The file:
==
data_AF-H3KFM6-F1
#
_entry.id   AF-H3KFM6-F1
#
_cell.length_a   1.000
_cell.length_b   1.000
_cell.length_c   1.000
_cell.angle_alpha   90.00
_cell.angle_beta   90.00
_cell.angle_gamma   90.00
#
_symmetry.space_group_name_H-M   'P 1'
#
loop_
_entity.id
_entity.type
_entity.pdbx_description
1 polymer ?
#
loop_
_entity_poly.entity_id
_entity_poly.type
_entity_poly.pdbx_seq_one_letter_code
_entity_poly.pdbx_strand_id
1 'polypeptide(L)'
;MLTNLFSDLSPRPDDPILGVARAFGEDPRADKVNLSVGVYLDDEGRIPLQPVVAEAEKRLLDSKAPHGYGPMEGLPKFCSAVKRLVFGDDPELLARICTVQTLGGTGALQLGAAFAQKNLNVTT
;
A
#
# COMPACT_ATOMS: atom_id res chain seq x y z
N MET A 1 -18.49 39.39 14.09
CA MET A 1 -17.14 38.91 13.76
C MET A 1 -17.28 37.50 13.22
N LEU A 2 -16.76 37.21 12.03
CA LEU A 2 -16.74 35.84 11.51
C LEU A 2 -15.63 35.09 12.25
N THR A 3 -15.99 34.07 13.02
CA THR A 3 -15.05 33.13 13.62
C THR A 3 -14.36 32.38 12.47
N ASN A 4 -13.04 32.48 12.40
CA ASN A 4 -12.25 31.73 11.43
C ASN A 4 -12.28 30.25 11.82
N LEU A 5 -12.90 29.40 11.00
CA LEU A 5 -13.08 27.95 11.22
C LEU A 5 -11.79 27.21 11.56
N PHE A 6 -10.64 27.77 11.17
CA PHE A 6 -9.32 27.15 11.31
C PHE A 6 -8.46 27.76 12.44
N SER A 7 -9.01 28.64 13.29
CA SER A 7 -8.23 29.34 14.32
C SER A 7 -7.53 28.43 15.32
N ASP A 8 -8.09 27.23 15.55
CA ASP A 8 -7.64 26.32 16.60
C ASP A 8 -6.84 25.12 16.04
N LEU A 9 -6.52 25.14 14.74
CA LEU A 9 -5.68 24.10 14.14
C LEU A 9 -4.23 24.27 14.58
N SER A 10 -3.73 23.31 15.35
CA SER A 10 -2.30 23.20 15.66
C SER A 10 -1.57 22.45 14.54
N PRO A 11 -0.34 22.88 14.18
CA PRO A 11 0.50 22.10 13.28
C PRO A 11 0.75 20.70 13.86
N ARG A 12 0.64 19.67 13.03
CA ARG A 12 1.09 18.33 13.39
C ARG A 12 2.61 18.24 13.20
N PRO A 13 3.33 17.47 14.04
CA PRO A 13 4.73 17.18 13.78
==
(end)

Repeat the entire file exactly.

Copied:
data_AF-H3KFM6-F1
#
_entry.id   AF-H3KFM6-F1
#
_cell.length_a   1.000
_cell.length_b   1.000
_cell.length_c   1.000
_cell.angle_alpha   90.00
_cell.angle_beta   90.00
_cell.angle_gamma   90.00
#
_symmetry.space_group_name_H-M   'P 1'
#
loop_
_entity.id
_entity.type
_entity.pdbx_description
1 polymer ?
#
loop_
_entity_poly.entity_id
_entity_poly.type
_entity_poly.pdbx_seq_one_letter_code
_entity_poly.pdbx_strand_id
1 'polypeptide(L)'
;MLTNLFSDLSPRPDDPILGVARAFGEDPRADKVNLSVGVYLDDEGRIPLQPVVAEAEKRLLDSKAPHGYGPMEGLPKFCSAVKRLVFGDDPELLARICTVQTLGGTGALQLGAAFAQKNLNVTT
;
A
#
# COMPACT_ATOMS: atom_id res chain seq x y z
N MET A 1 -18.49 39.39 14.09
CA MET A 1 -17.14 38.91 13.76
C MET A 1 -17.28 37.50 13.22
N LEU A 2 -16.76 37.21 12.03
CA LEU A 2 -16.74 35.84 11.51
C LEU A 2 -15.63 35.09 12.25
N THR A 3 -15.99 34.07 13.02
CA THR A 3 -15.05 33.13 13.62
C THR A 3 -14.36 32.38 12.47
N ASN A 4 -13.04 32.48 12.40
CA ASN A 4 -12.25 31.73 11.43
C ASN A 4 -12.28 30.25 11.82
N LEU A 5 -12.90 29.40 11.00
CA LEU A 5 -13.08 27.95 11.22
C LEU A 5 -11.79 27.21 11.56
N PHE A 6 -10.64 27.77 11.17
CA PHE A 6 -9.32 27.15 11.31
C PHE A 6 -8.46 27.76 12.44
N SER A 7 -9.01 28.64 13.29
CA SER A 7 -8.23 29.34 14.32
C SER A 7 -7.53 28.43 15.32
N ASP A 8 -8.09 27.23 15.55
CA ASP A 8 -7.64 26.32 16.60
C ASP A 8 -6.84 25.12 16.04
N LEU A 9 -6.52 25.14 14.74
CA LEU A 9 -5.68 24.10 14.14
C LEU A 9 -4.23 24.27 14.58
N SER A 10 -3.73 23.31 15.35
CA SER A 10 -2.30 23.20 15.66
C SER A 10 -1.57 22.45 14.54
N PRO A 11 -0.34 22.88 14.18
CA PRO A 11 0.50 22.10 13.28
C PRO A 11 0.75 20.70 13.86
N ARG A 12 0.64 19.67 13.03
CA ARG A 12 1.09 18.33 13.39
C ARG A 12 2.61 18.24 13.20
N PRO A 13 3.33 17.47 14.04
CA PRO A 13 4.73 17.18 13.78